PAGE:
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From: Maarten Keijzer (mak_at_[hidden])
Date: 2000-03-08 09:56:12

At 05:58 AM 3/8/00 +0100, you wrote:
>Maarten Keijzer wrote:
>> in
>> operators.hpp temporarily hacked a less_than_comparable2<interval<RealType,
>> Traits>, RealType > class, added std::min and std::max etc.)
>Here we go again.
>I have decided to face the inevitable: we need "2" versions of each such
>operator base class which currently has a specialization. Too many people
>need the functionality for MSVC6.

And might not need it for MSVC12 anymore... But kidding aside, I just found
an interesting loophole that does compile under MSVC6, but that changes the
functionality of operators.hpp dramatically. I can't oversee all
implications of this change so I'll just give you some code that does
compile and some of the implications I can see. Feel free to burn this
proposal if it is too flawed.

MSVC is perfectly content with for instance a class addable that defines
operator+= rather than operator+. So the following compiles and works.

namespace boost
template <class T, class U = T>
class addable_test
     friend T& operator+=( T& x, const U& y ) { return x = x + y; }

struct AddTester : boost::addable_test<AddTester>,
boost::addable_test<AddTester, double>
    AddTester() : v(0.0) {}

    friend AddTester operator+(AddTester a, const AddTester& b)
{ a.v += b.v; return a; }
    friend AddTester operator+(AddTester a, double b) { a.v += b; return a; }

    double v;

It's a bit odd to have a friend assignment operator, and it is also agains
common practice to have the non-assigning operators do the actual work and
there might be some performance penalties associated with this (lot's of
copying), but at least it works (but then again, I only tested it with MSVC
which is not much of an authority on standard C++).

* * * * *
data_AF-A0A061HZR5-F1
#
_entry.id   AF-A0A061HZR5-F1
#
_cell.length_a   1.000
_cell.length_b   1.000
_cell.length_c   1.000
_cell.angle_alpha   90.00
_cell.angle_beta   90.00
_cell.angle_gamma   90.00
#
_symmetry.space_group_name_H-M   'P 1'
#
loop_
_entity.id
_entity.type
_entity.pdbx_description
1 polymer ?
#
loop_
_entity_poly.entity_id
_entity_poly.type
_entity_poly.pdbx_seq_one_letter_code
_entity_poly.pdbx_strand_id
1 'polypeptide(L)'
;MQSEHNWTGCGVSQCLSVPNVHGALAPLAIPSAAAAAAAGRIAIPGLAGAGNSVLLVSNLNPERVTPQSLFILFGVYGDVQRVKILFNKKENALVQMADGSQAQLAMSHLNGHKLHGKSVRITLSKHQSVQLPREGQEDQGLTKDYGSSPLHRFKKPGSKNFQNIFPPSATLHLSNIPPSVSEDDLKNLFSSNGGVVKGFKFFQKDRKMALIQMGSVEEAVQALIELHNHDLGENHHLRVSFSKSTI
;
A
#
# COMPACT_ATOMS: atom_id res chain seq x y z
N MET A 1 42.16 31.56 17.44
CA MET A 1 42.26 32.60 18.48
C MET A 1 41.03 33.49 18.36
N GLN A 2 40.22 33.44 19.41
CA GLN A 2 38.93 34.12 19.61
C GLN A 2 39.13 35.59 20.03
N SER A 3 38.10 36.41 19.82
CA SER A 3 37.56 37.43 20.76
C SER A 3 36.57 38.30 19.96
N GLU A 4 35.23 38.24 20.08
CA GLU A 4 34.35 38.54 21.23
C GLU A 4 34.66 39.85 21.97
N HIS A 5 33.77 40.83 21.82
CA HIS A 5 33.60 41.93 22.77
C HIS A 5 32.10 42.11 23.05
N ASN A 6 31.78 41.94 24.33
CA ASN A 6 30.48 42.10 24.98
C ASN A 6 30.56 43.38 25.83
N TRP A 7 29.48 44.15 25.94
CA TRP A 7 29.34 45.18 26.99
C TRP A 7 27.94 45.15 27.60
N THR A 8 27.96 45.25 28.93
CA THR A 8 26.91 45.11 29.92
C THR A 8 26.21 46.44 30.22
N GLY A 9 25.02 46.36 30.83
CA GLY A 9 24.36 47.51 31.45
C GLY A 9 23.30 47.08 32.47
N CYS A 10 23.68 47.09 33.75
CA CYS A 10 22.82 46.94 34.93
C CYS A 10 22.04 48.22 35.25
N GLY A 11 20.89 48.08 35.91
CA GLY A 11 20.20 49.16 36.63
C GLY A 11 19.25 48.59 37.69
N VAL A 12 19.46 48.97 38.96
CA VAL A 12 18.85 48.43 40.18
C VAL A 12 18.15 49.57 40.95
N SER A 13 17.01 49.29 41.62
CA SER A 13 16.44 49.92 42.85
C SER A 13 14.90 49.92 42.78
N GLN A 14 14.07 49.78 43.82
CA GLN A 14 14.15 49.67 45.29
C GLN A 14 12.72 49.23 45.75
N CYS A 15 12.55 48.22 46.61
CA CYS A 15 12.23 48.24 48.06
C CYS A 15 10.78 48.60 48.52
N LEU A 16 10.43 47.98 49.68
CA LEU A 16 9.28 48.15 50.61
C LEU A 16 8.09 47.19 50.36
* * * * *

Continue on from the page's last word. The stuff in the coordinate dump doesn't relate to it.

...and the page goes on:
Another disadvantage is that the symmetrical definition of operator+ is
lost, so that this construction merely saves a single function instead of
the two. The corresponding advantage is that you now can have two classes
working together that both derive from boost::operators without having an
ambiguity as is the case now.

But I also see a big advantage: this construction is very friendly for
expression-templates techniques. If you define your expression templates in
the operator+ etc, you only have to define the actual calculation in an
appropriate operator= and you're there. boost::operators will then save you
the odd few keystrokes for defining all appropriate assignment operators.

The comparison classes like less_than_comparable need to be careful not to
define functions like operator<(const U& a, const T& b) as this will lead
to a infinite-loop (ok, stack overflow) when U == T (and helpfully, MSVC
ignores the fact that there are two equally valid definitions). So you can

interval<double> a; // derived from less_than_comparable
double b;

if (a < b) ...

but not

if (b < a) ...

So that's pretty bad. But then again (b > a), (a > b) and all those do
work. Maybe -- that is if this proposal is worth anything at all -- we need
to restrict the boost::operator library to just define the pattern op(T, U)
and never op(U,T). It would be a pity to lose op(U,T) for built-in types U,
but for user-defined types U it can be argued that defining op(U, T) in
class T is in general a bad idea.

But as I said, I cannot oversee all the implications (although during the
writing of this mail I came across more and more, almost to the point of
not sending it at all), so it might just be a bad idea.


Maarten Keijzer

DHI Water & Environment

Agern Allé 11
DK-2970 Hørsholm
Phone: +45 45 16 92 00
Direct phone: +45 45 16 93 52
Fax: +45 45 16 92 92
email: mak_at_[hidden]

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